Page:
A Cross-Cultural Look at The Ultimatum Game

As we discussed in class, the previous school of thought regarding economic behavior and more specifically, behavior involving the ultimatum game rests on the notion that both players in the Ultimatum game are bound to act rationally and the outcome will be such that the proposer will have all but the smallest positive integer value they can offer to their opponent. This article set out to prove whether or not this economic behavior is the same across different cultures, and what other factors may be affecting the decisions of the players in these types of games. One thing that they found during this experiment was that those people in highly industrialized were less likely to play the game according to the predictions but rather, were much more likely to offer somewhere close to 50%, and just like we had discussed in class regarding the spite factor, many of these same subjects rejected offers if they were anything less than 20% of the total sum and the same findings seemed to be true for subjects of similar experiments from all around the world.

The main purpose of this study was to observe the behavioral differences of the Machiguenga (a small village in Peru), to the findings in similar Ultimatum games results. The experiment found that the Machiguenga accepted offers at around 26% of the whole, or a little less than half of the typical experimental findings.  The author points out that during post experimental discussion he noticed that the Machiguenga often saw their outcome differently than there American counterparts and welcomed any amount of money no matter how small and attributed their lower payoff to bad luck that were not chosen as the proposer. The one thing from this experiment that I think could skew the results is the way the subjects view their payoffs economically. The experimenter states that the amount of money he offered is equal to a certain amount of the subjects’ wages. I believe that the American subjects would be more likely to consider anything less than half unfair because they directly associate that amount of money with money they would expect to receive from work. The difference would then lie in the author’s language, where the wages of the LA subjects were a lot more set, the wages for the work that the Machiguenga sounds as if it isn’t so steady as the author refers to it as “occasional” work. I’m just going to go out on a limb and say that anyway who is dependent on “occasional work” for a livable wage is going to welcome any amount of money regardless of how small and likely without complaint. Though I feel there are a few shortcomings to the experiments accuracy I find them interesting nonetheless.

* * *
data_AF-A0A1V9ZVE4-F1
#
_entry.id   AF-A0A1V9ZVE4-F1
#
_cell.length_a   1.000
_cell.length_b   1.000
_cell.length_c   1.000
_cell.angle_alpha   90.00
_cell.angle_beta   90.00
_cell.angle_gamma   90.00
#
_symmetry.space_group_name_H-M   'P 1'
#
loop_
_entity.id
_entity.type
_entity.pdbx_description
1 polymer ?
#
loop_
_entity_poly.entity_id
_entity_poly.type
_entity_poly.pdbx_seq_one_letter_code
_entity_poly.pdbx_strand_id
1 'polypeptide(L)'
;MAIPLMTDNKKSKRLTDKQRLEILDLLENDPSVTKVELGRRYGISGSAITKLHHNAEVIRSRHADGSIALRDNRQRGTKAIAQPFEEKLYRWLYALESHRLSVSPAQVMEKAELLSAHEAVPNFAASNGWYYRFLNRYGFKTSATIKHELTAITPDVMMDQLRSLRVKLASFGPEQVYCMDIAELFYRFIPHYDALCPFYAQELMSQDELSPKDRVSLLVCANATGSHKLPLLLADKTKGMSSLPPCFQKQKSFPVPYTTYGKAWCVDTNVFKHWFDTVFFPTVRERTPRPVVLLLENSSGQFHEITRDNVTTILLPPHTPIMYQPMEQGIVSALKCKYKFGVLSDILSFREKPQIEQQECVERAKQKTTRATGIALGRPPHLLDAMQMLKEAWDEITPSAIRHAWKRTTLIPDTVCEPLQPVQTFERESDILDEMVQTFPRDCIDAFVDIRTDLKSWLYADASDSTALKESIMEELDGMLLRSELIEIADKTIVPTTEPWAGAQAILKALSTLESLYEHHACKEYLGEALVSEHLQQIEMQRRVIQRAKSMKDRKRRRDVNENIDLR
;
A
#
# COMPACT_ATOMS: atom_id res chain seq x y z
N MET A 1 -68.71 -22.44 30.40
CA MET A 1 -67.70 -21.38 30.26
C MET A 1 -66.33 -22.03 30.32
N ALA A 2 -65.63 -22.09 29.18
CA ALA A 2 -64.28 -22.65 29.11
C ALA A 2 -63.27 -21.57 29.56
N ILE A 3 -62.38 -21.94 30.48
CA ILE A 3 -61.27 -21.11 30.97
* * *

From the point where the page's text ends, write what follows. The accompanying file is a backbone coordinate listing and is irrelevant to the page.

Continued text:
2 thoughts on “A Cross-Cultural Look at The Ultimatum Game”

  1. This study is interesting because it attempts to imply that the concept of ‘fairness’ is not innate but simply a Western value. It would seem that a small, close-knit community like this one in Peru would operate on a system of sharing and equity, but it seems that the offer of money is overwhelms that. The most significant error to this approach, obviously, is that he offered the subjects a sum worth several days wages. If he had run the same game on Americans with proportionately similar sums of money, hit outcomes may have been different. The first player would likely become more greedy and the second one would, probably, be less likely to give up this still large sum of cash in the idea of ‘spite.’ The idea of spite can only be carried so far; even Americans live in a world of inequality and very few reject that wages they are able to make, even if their peers make more, out of spite.

  2. this is extremely interesting, as an African American studies major as well as Econ I am often frustrated at the lack of economic thinking that comes from my Af Am work it would be interesting to see how this game is played across different worldviews

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